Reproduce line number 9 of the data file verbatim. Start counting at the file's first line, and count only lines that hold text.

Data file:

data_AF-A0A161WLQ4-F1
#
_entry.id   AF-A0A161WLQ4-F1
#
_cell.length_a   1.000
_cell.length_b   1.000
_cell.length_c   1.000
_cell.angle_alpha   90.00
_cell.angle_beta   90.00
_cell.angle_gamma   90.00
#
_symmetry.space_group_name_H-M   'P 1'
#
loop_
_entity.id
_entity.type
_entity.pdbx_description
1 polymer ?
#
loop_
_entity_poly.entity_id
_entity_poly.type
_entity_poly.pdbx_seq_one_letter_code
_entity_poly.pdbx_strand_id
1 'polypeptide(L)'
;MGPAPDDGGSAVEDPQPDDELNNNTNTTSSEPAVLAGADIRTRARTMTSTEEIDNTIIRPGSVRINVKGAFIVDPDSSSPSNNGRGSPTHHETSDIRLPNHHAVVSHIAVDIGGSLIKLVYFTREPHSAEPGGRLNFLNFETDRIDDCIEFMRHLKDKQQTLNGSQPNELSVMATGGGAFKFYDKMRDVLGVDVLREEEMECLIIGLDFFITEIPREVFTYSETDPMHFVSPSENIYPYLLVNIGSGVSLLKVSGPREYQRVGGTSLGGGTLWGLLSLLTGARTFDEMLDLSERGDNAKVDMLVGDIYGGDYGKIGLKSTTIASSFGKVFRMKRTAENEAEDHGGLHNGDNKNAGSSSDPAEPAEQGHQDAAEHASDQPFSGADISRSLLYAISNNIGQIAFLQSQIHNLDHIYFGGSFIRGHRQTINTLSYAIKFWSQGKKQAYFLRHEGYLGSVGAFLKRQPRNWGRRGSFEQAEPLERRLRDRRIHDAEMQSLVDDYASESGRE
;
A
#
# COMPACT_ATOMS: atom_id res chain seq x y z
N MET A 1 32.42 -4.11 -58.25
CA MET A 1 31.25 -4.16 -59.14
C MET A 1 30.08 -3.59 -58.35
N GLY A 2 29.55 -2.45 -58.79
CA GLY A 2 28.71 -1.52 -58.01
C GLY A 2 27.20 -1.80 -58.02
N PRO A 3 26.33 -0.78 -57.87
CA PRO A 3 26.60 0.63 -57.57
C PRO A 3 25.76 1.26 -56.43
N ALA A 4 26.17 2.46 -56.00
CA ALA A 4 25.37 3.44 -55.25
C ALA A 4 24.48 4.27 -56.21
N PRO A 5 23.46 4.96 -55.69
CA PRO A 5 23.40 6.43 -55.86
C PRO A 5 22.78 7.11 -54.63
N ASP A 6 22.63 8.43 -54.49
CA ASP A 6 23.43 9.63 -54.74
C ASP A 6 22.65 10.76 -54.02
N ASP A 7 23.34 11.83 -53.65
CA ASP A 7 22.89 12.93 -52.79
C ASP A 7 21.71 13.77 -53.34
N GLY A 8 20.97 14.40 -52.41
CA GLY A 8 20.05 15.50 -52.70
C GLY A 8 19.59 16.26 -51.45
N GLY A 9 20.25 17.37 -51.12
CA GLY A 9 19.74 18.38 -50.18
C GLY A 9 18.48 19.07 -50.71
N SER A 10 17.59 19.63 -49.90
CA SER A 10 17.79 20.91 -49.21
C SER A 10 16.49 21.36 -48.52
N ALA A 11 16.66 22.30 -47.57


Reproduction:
_cell.angle_beta   90.00